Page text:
Pocket programme can be found here.

18.00 20.30
Old Library of the University of Warsaw
Krakowskie Przedmieście 26/28, Warsaw
09.30 10.00
Marek Pfützner & Wojciech Satuła
10.00 10.30
Proton-Emitting Nuclei: from Oak Ridge to Warsaw
Witold Nazarewicz
10.30 11.00
Threshold Cluster States in Nuclear Astrophysics
Michael Wiescher
11.00 11.30
Coffee break
11.30 12.00
Atomic nucleus at the edge of stability
Marek Płoszajczak
12.00 12.30
Probing isospin symmetry near the proton drip-line with β-delayed protons
Andrew Rogers
12.30 13.00
NuPECC Long Range Plan 2024
Marek Lewitowicz
13.00 15.20
Lunch break
15.20 15.50
Near-threshold narrow resonances in 11B: a complex open quantum system
Yassid Ayyad
15.50 16.10
Decay study of 11Be
Natalia Sokołowska
16.10 16.30
Precise characterization of the β-decay of 8B to 8Be
Daniel Fernandez Ruiz
16.30 16.50
β-delayed proton decay of 27P
Ionut Catalin Stefanescu
16.50 17.20
Coffee break
17.20 17.50
First observation of the β3αp decay of 13 O via β-delayed charged-particle spectroscopy
Jack Bishop
17.50 18.10
Exotic decay modes of medium-mass proton drip-line nuclei
Aleksandra Ciemny
18.10 18.30
Beta-delayed proton emission for 64Se and its implications to the isospin mirror symmetry
Pablo Antonio Aguilera Jorquera
09.00 09.30
Sigurd Hofmann and the discoveries of proton radioactivities
Krzysztof Rykaczewski
09.30 10.00
News on High-ℓ Proton Emission from 53mCo and 54mNi
Dirk Rudolph
10.00 10.30
Theoretical interpretation of proton radioactivity: recent results
Lidia S. Ferreira
10.30 10.50
The Study of Closed-Shell Proton-Emitter 155Ta
Adam McCarter
10.50 11.20
Coffee break
11.20 11.50
Chirality and its correlations with single-particle states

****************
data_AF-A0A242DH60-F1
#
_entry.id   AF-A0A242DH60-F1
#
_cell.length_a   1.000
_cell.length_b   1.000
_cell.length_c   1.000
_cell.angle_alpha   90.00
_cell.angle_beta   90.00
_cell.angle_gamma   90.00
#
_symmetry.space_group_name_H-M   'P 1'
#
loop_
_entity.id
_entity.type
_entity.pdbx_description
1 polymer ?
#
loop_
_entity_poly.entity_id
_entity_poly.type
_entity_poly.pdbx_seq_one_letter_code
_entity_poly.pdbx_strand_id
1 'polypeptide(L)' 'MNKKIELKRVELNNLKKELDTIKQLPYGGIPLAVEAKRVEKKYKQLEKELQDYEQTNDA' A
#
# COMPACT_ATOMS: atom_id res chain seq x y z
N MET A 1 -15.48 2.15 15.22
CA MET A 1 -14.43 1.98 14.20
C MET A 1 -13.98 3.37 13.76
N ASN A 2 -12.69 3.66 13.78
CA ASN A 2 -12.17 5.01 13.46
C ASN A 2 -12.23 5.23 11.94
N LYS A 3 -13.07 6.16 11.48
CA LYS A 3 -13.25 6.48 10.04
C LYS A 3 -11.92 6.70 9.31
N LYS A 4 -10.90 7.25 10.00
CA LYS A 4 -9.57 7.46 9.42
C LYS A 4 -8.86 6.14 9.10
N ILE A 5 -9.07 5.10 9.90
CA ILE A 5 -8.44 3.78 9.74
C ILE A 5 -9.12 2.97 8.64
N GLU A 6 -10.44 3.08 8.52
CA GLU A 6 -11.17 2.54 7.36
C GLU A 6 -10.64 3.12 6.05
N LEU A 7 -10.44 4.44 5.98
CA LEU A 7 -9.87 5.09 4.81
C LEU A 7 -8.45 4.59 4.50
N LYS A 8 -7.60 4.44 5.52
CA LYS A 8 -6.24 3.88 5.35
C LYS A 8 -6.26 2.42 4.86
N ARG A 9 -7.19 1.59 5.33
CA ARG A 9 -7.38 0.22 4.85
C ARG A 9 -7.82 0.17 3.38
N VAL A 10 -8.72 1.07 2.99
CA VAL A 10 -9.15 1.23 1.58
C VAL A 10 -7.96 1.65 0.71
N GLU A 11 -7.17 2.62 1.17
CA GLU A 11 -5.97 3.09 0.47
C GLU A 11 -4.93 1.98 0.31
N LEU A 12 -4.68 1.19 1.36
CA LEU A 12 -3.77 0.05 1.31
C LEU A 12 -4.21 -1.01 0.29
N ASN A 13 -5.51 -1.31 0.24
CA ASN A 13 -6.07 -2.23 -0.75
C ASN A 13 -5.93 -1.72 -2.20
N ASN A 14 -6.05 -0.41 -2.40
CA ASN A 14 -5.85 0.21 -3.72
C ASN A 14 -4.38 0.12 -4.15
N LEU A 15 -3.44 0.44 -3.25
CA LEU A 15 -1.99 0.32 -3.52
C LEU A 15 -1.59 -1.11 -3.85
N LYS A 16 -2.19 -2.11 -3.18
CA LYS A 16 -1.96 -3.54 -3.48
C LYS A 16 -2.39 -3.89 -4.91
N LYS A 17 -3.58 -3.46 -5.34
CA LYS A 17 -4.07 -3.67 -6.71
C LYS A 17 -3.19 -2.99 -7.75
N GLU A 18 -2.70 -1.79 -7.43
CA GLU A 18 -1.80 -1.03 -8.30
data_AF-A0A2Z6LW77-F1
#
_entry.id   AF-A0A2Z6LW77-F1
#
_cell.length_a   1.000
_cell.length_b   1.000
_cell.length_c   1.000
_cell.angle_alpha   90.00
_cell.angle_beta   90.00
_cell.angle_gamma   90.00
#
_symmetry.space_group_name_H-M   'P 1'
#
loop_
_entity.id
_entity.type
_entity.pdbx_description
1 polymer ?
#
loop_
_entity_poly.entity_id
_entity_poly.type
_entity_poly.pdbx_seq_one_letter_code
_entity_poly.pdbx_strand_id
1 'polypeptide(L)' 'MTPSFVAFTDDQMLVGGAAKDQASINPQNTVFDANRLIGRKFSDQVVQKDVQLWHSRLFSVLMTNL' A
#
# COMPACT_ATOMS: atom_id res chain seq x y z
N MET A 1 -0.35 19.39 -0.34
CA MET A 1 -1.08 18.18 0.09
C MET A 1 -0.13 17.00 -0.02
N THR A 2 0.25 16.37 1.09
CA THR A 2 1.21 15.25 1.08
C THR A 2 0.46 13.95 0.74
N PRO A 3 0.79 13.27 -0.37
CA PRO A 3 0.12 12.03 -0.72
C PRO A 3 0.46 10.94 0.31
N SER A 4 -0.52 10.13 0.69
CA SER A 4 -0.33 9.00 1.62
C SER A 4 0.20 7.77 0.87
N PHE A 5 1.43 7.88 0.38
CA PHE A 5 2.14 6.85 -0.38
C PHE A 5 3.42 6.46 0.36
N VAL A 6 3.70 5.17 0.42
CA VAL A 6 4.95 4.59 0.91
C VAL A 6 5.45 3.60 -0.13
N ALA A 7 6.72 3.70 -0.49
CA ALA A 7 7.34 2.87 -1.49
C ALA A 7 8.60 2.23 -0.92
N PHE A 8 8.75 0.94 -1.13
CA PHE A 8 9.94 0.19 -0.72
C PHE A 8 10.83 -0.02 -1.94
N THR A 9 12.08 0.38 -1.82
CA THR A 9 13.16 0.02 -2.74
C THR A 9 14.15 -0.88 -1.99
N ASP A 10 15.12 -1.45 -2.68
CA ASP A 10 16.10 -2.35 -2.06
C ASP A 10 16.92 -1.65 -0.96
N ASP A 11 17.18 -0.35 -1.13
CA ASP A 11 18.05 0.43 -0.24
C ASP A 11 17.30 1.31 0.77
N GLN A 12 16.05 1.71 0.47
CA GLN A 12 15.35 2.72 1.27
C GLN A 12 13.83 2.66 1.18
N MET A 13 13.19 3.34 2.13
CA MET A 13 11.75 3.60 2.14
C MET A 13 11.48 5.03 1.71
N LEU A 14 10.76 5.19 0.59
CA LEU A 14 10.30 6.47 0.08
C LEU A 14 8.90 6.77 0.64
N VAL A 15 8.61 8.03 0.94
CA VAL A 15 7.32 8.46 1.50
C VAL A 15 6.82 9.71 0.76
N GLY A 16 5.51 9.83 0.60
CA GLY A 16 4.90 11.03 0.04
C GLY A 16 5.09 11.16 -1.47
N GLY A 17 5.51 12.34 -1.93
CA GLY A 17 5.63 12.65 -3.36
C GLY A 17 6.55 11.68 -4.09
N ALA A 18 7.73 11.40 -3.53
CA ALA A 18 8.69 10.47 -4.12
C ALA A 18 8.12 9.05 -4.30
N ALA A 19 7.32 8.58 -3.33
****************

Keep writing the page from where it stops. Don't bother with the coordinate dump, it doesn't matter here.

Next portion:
Parmasivan Arumugam
11.50 12.20
Recent searches for fast and heavy proton emitters at ATLAS
Dariusz Seweryniak
12.20 12.50
Probing proton emitters using the MARA separator
Kalle Auranen
12.50 15.10
Lunch break
15.10 15.40
Calibrating silicon detectors for proton-energy measurements
Robert Page
15.40 16.00
Multilinear analysis of the proton decay systematics and its uncertainty
Chong Qi
16.00 16.20
Radioactivity of the new nuclides 160Os and 156W
Andrew Briscoe
16.20 16.40
γ-ray spectroscopy above the 9+ isomer in 66As
Henna Joukainen
16.40 17.10
Coffee break
17.10 17.40
The puzzles of the decay of 185Bi, the heaviest proton-emitting nucleus
Daniel Doherty
17.40 18.00
Deuteron Evaporation and Proton Emission in the Upper fp Shell
Yuliia Hrabar
18.00 18.20
Mass Measurements of Proton-Rich Light Lanthanides via High Precision Mass Spectrometry Using Mean Range Bunching
Tayemar Fowler-Davis
09.00 09.30
Two-proton radioactivity – a status report
Bertram Blank
09.30 10.00
What we can learn from nucleon-nucleon correlations?
Simin Wang
10.00 10.30
Study of light nuclei far beyond the proton drip-line
Ivan Mukha
10.30 10.50
Tests of new-generation tracking detectors for studies of multi-proton emitters
Martin Bajzek
10.50 11.20
Coffee break
11.20 11.50
Invariant-mass spectroscopy of light proton-rich isotopes
Robert Charity
11.50 12.20
Time-dependent description of proton-emitting radioactivity
Tomohiro Oishi
12.20 12.50
Observation of Strong Isospin Mixing in 26Si via β decay of 26P
Jiajian Liu
12.50 15.20
Lunch break
15.20 15.50
BErkeley Alpha and proton Radiation (BEAR) database: an On-line Heavy Charged-Particle Decay Database
Jon Batchelder
15.50 16.10
The quest of proton emitting nuclei wiht the S3-LEB apparatus
Antoine de Roubin
16.10 16.30
NEEDLE – a powerfull tool for gamma-spectroscopy studies of nuclei at the proton drip-line at HIL
Grzegorz Jaworski
16.30 17.00
Coffee break
17.00 17.30